The following evening about 150 sharecroppers met in a vacant house.

“This time sentries were posted around the meeting place. When Sheriff Young arrived on the scene with police chief J M Wilson and Deputy A J Thompson, he found Ralph Gray standing guard about a quarter-mile from the meeting. Although accounts differ as to the sequence of events, both Gray and the sheriff traded harsh words and, in the heat of argument, exchanged buckshot. Young, who received gunshot wounds to the stomach, was rushed to a hospital in Alexander City while Gray lay on the side of the road, his legs riddled with bullets. Fellow union members carried Gray to his home where the group, including Mack Coad, barricaded themselves inside the house. The group held off a posse led by police chief J M Wilson long enough to allow most members to escape, but the wounded Ralph Gray opted to remain in his home to the end. The posse returned with reinforcements and found Gray lying in his bed and his family huddled in a corner. According to his brother, someone in the group “poked a pistol into Brother Ralph’s mouth and shot him down the throat.” The mob burned his home to the ground and dumped his body on the steps of the Dadeville courthouse. The mangled and lifeless leader became an example for other black sharecroppers as groups of armed whites took turns shooting and kicking the bloody corpse of Ralph Gray.”

Following this incident there was a reign of vigilante terror, as the Camp Hill police stood by, that left dozens of blacks wounded and dead.

Incredibly, the Grays continued to organise, with 19 year-old Eula Gray playing the key role in keeping the Share Croppers Union running in the county.

Working in secrecy, the SCU continued to grow. The reality of racial divisions meant that the SCU was a black workers’ union. Poor whites were attracted to it, but it was too dangerous for black union organisers to discuss the union with whites. And it was dangerous for whites to be involved. A white Tallapoosa tenant farmer was lynched because of his sympathy for the union. Unable to join, poor whites showed their support in other ways, and a significant minority used the anonymity of the ballot box to vote Communist in the 1932 presidential election.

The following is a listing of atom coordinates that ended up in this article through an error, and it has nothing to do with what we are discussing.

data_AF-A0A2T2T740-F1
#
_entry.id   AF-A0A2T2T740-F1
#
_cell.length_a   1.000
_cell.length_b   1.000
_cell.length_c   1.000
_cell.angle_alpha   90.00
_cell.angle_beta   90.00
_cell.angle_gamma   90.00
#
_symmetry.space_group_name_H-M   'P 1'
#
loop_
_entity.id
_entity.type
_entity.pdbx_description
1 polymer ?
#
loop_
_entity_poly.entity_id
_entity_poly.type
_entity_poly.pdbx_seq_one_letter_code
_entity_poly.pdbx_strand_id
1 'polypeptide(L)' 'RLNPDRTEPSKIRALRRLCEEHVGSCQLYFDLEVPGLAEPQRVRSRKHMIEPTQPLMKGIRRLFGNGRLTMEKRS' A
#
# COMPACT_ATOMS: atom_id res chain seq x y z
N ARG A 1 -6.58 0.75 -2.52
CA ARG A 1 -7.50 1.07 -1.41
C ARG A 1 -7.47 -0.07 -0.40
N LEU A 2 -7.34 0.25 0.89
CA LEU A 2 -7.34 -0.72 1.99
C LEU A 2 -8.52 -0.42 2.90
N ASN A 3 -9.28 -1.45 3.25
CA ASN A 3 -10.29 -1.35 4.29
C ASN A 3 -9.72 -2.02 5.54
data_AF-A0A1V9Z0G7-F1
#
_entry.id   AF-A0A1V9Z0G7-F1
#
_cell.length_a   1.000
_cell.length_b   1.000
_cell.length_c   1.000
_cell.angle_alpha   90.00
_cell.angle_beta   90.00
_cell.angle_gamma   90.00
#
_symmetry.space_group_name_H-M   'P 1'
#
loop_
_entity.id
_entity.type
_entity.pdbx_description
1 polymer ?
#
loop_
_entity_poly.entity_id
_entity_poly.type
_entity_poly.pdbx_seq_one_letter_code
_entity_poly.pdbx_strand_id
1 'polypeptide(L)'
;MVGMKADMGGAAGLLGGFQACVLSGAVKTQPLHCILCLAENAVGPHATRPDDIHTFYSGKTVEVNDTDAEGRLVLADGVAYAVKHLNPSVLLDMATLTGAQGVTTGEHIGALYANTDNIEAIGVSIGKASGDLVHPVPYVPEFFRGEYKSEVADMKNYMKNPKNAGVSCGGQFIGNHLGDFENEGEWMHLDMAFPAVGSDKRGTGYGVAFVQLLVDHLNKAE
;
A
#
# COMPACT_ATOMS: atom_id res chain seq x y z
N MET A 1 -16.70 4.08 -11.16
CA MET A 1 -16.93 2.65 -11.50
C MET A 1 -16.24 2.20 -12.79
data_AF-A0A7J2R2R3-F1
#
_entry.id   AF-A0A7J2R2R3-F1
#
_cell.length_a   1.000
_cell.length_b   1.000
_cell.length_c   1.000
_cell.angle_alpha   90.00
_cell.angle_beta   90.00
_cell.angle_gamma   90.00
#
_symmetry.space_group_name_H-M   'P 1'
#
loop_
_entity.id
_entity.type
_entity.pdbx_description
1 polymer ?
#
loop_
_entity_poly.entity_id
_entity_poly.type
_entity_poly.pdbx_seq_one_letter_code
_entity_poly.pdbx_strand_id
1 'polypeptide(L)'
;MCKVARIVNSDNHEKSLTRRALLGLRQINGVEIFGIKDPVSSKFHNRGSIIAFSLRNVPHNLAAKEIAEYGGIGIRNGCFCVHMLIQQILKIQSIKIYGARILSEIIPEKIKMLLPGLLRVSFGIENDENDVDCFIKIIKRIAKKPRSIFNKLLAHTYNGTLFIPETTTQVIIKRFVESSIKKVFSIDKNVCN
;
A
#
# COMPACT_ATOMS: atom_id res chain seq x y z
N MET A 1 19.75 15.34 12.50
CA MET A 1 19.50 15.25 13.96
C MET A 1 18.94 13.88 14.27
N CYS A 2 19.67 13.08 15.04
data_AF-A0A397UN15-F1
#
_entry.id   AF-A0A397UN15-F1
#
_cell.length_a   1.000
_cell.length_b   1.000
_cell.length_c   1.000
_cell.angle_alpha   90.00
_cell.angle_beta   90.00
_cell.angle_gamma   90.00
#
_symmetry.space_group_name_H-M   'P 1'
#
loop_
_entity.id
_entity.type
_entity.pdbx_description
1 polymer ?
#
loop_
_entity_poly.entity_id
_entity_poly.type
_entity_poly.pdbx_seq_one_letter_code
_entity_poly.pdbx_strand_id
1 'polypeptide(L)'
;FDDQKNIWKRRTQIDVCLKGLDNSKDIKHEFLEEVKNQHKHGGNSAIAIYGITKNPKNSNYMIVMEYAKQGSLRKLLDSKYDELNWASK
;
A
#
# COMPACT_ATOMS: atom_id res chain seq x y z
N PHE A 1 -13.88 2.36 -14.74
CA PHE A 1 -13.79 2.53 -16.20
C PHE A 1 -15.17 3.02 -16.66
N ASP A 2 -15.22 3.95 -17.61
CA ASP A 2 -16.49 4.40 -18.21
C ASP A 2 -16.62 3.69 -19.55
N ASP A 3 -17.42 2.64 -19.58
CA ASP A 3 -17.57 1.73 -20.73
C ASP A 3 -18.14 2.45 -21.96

Just a year after the Camp Hill violence, Tallapoosa County was again the scene of an armed confrontation. The immediate issue was the attempt by the Deputy Sheriff to seize an indebted union member’s livestock. The Deputy Sheriff was met by 15 armed SCU members ready to stop the seizure, and after he had gathered reinforcements there was a shoot-out that left one union member dead and others wounded. Two of the wounded were flung into jail without medical treatment and died. A reign of terror, worse than at Camp Hill, ensued.

Despite this second setback, the SCU continued to grow. In 1934 the SCU organised a strike in Tallapoosa and Lee counties. This was met with police repression and vigilante violence, but the strike won concessions on most plantations. The union’s ultimate success was short-lived. Under a New Deal programme the cotton economy was restructured and sharecroppers were evicted from the land in their thousands in the winter of 1934-35.

During second half of the 1930’s, under Moscow directives, communist parties internationally turned rightwards to seek middle-class and progressive allies to form broad popular fronts. In Alabama, the CP’s efforts to forge alliances with the Black middle class and white liberals were unsuccessful. Anti-communism amongst both groups was too strong. While chasing the will o’ the wisp of the popular front the CP’s working-class black membership dwindled. This is an equally fascinating story as those of the earlier heroic period.

In Hammer and Hoe Kelley relates many incidents and other facets of the struggle that are not mentioned in this review. I heartedly recommend this book to readers. It is thought-provoking and rich in lessons that apply to this day.